To start with, our currency SSP (South Sudanese Pound) has reached 1,000., (One Thousand SSP) to (one) 1 US$ Dollar from the Original 1US$ (Dollar) equal to 2 SSP and it is still climbing up more.
The underlying reason for its continuous depreciation is because South Sudan is characterized by over-dependency on external trade where all the household needs are satisfied by exchanging Oil with all household items from other parts of the world through foreign trade. There are: no large-scale commercial agricultural farms with the exception of Renk which is operational to a very limited range; no manufacturing; no factories – even the old factories were not resuscitated. In brief, with no Oil flow to the International markets – South Sudan is forever doomed.
What is to be done
What is needed are efforts of every South Sudanese from all walks of life to contribute to the betterment of South Sudan – be they politicians, businessmen and women including private individuals.
On my part as a private individual – this is my testimony
I formulated the Preliminary Project Concept Note in 2018 for the establishment of the National Development Corporation of South Sudan not on the model of the High Executive Council of Southern Region Juba of Sudan 1972- 1983 but on the model of Tanganyika which later on became Tanzania after amalgamating with Zanzibar Island.
Due to very limited resources available, South Sudan Development Corporation of the High Executive Council of Southern Region – Juba restricted itself to business research only. Whereas, Tanganyika National Development Corporation under ‘Muaalim’ Julius Nyerere had leeway for diversification because of being an independent Country called Tanganyika. The name of the National Development Corporation of Tanganyika was later on changed to the National Development Corporation of Tanzania after amalgamating with Zanzibar Island.
In that respect, I printed many copies of the Preliminary Project Concept Note using my own resources and took those copies to all the Departments of the Government of South Sudan with a dispatch book that I had designed. The only Ministry that did not receive a copy of the Project Concept Note was the Ministry of National Security. The officer at the reception refused to sign the dispatched book – may be for security reasons which was a very minute issue.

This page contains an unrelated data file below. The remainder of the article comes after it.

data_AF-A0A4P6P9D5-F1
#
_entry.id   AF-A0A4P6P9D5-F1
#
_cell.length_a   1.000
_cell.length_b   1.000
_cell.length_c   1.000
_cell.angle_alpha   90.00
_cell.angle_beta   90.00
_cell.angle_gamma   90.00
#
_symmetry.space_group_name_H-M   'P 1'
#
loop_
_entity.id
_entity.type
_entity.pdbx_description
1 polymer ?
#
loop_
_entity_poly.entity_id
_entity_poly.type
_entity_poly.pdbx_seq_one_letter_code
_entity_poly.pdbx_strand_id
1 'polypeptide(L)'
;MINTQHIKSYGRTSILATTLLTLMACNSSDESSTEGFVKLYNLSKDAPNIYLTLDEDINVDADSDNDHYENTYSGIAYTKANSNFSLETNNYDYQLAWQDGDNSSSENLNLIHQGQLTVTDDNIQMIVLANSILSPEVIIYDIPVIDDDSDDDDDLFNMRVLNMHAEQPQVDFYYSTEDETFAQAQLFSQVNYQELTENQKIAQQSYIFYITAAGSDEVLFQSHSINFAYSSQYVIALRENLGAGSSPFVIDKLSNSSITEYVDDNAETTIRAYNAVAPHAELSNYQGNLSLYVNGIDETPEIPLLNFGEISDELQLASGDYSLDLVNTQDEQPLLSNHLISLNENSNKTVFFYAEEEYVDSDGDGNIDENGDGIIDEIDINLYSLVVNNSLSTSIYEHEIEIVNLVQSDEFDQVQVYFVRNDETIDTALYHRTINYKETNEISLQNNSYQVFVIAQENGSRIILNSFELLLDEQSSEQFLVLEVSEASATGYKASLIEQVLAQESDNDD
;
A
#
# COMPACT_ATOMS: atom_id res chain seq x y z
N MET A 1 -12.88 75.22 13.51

During my deliberations, I had assumed that someone, somewhere there may pick up the concept note and share it with his/her colleagues for discussion so as to have a chance of their ownership for eventual implementation which never happened. Later, in a different development: a new Minister of Trade and Industry by name Kuol Athian Mawien and his new Undersecretary by name Agaak Achuil Lual initiated the idea of establishing the National Development Corporation of South Sudan; they got stuck on some aspects and especially, the Laws governing the proposed National Development Corporation. The 21 years of the Sudan Civil War (1983 – 2005 had erased all reference points.
After learning about their initiative and difficulties I advised them to contact the South Sudan Ambassador to Tanzania while at the same time, I gave them a copy of my Preliminary Project Concept Note for the Creation of the National Development Corporation of South Sudan.
I don’t know the level of progress they have made now. Yet, one thing is for certain, the creation of the National Development Corporation of South Sudan would have been visible in the Market place if it was completed and functioning.
Part of the skeleton of the concept note
In that respect, the Organization Chart of the conceived National Development Corporation of South Sudan which is still in limbo embodied the following Departments or Units which could be increased, decreased, or remain the same:
- Department of Institutional Investment (DII) 2. Department of Information Technology (DIT) 3. Department for Resuscitating Past Business Institutions (DRPBI) 4. Department for Agricultural Production (DAP) 5. Department for Large Scale Enterprises’ Investment (DLSEI) 6. Department for Small Scale Enterprises’ Investment (DSSEI) 7. Department for Business Research (DBR) 8. Department for Innovation (DI) 9. Department for Marketing (DM) 10. Department for Human Resources (HR) 11. Department for Strategic Food Reserves (DFSFR).
For the reader to get an insight of what I am describing – let me recall the High Executive Council (1972 -1983) era showing institutions that contributed to the economy at that time of what is now geographically known as South Sudan which at the present moment is now sadly lacking.
- There was Anzara Sugar and Anzara cotton cloth which was a contribution of the English during the Anglo Egyptian Sudan rule (1898 – to end of 1955).